Ready for liftoff?

I talked earlier about how it seems to take $6M to build a channel in EDA once you get to the “just add water” stage where all you need to do is to ramp up a salesforce and distribution. However, typically you are not really ready for this when you first think you are. More EDA (and other) companies are killed by premature scaling than anything else. Ramping up a channel is very expensive and will burn a lot of money very fast for little return if the product is not ready, either killing the company completely or requiring an additional unexpected round of funding at an unimpressive valuation, diluting everyone’s stock significantly.

When to scale is the most difficult decision a startup CEO faces. Too early and the company dies due to lack of financial runway. Too late and the company risks either missing the market window or losing out to competition during the land-grab phase of a new market.

There are two ways the product can be “not ready,” and there will usually be a mixture of the two. The first, and most obvious, is that the first release won’t include every feature that every user requires and so isn’t ready to serve the entire market. This is probably even known and acknowledged; it’s not as if engineering doesn’t have a long list of stuff for version 2.

The more dangerous way the product is “not ready” is that you are not completely sure precisely which is the most important problem that it solves for the user, and which subsets of users will value this the most. Value it enough to consider engaging with you, an unproven startup with an immature buggy first release. For instance, you might have a product that you think serves the entire market, everyone will need one, you can’t do 45nm designs without it. In fact, if you are just starting to engage with real customers, you might never have run a real 45nm design through your product, just doubled up 65nm designs and switched the library or something. It is often easier to get great results on those older designs. For example, in the last company where I worked, Envis, we got great power reduction results on 130nm designs, and public domain cores that had been around for even longer. After all, nobody cared that much about power back then so they didn’t put much effort into designing to keep power under control. When we tried our tool on 90nm and 65nm designs, the results were initially less impressive. Designers had already done many obvious things by hand meaning that we had to work harder to produce compelling incremental savings.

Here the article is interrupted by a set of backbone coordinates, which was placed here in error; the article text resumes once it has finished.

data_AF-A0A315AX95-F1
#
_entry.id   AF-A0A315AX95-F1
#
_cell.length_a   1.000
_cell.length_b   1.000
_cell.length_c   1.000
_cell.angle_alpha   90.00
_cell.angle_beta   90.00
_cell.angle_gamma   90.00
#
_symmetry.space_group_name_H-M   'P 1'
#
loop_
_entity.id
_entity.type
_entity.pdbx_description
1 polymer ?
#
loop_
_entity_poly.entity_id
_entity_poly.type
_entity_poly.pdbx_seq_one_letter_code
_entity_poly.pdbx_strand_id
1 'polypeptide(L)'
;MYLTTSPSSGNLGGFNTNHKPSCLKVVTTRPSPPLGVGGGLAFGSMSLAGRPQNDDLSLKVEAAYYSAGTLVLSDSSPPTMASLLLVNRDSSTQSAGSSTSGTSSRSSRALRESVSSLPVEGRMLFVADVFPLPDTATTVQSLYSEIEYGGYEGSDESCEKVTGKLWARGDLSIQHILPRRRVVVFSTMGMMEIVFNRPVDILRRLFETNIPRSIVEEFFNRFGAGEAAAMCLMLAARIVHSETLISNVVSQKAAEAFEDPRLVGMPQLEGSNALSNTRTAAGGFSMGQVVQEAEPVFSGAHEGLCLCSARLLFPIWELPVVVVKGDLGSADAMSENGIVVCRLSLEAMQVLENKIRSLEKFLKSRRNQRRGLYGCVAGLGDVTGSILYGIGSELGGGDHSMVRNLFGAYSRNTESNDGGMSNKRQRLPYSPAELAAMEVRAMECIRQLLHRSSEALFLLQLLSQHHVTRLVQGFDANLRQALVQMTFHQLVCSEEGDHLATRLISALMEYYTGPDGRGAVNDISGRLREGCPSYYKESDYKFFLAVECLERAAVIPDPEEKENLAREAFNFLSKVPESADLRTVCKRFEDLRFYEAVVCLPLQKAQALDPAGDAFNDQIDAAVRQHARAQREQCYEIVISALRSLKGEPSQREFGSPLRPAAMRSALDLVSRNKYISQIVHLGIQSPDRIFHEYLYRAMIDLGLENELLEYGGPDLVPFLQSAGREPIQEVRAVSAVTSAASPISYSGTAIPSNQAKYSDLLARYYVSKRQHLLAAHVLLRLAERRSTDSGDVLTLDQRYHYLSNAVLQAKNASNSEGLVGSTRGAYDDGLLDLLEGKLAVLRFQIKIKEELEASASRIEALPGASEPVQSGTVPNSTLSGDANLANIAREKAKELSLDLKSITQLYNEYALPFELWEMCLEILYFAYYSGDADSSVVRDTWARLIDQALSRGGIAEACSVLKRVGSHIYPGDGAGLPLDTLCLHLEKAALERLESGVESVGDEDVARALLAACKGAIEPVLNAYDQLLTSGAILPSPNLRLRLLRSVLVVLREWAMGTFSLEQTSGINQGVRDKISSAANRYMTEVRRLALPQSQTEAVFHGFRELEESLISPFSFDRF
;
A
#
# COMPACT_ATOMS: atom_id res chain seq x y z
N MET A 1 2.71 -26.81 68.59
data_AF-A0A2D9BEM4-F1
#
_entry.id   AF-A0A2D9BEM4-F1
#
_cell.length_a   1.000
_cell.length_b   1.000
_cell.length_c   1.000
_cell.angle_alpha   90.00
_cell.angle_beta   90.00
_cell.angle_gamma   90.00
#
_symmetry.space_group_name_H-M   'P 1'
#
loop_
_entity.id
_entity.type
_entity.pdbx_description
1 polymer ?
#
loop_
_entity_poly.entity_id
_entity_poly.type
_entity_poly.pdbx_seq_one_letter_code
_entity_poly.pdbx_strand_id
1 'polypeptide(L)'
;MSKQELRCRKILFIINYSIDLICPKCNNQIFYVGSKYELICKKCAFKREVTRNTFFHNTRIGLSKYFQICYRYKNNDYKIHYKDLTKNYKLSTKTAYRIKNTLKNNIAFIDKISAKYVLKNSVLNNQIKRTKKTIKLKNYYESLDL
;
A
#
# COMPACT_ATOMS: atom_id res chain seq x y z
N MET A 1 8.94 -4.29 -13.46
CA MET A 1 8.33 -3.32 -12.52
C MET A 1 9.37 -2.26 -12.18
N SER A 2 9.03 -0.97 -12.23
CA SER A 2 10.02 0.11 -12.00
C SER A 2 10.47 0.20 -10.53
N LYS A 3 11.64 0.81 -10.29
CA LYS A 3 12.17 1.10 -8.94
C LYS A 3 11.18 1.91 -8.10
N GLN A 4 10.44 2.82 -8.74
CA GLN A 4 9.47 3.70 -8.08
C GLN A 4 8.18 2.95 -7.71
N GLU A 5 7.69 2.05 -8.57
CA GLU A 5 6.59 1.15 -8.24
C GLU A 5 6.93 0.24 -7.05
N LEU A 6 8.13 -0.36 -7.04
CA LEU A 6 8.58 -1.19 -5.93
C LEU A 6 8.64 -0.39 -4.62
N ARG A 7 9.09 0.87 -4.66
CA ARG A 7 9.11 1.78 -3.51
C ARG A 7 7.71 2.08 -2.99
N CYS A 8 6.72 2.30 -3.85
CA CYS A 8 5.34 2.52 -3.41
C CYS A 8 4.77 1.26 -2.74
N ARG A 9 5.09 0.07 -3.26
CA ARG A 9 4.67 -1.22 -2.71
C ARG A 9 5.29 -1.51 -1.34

The reality is that your initial product certainly doesn’t serve the whole market. If it does, you should have gone to market earlier with a less complete product. Worse, the precise feature set you have implemented might not serve any submarket completely either. But you need to have a product that serves at least some of the market 100%, even at the cost of being useless to a large part of the market, as compared to a solution that is 90% for everyone. At least in the first case there is at least one customer who might buy the tool; in the second case, nobody is going to buy the tool, everyone is going to wait for you to add the remaining 10%. A different 10%, perhaps, for every customer.

It is a fallacy to think that taking a product to market is a linear process. Do the engineering, prepare sales collateral, start selling. Taking a product to market is more of an iterative exploratory process. There is a phrase, “throwing mud against the wall to see what sticks” that sounds derogatory. But, in fact, the early stage of going to market should be like that. In the best of all worlds you’ll have had one or two customer partners since the early stages of development, helping you spec the product and helping guide the early parts of development. But it doesn’t always work out that way. Sometimes you don’t have early partners, or your champion leaves, or sometimes those early partners turn out to be atypical in some important way, so that you are forced to choose between satisfying their unique requirements and developing features with wider applicability.

That leaves you with a product that you have to explore how to take to market, and to explore which if the many aspects of the product you should emphasize in your positioning. This is the City Slickers marketing problem, discovering the one thing that your customers value enough to buy the product and focusing your marketing and engineering on making that value proposition strong before worrying about other aspects of the product that might broaden the appeal to a larger segment of the whole market.

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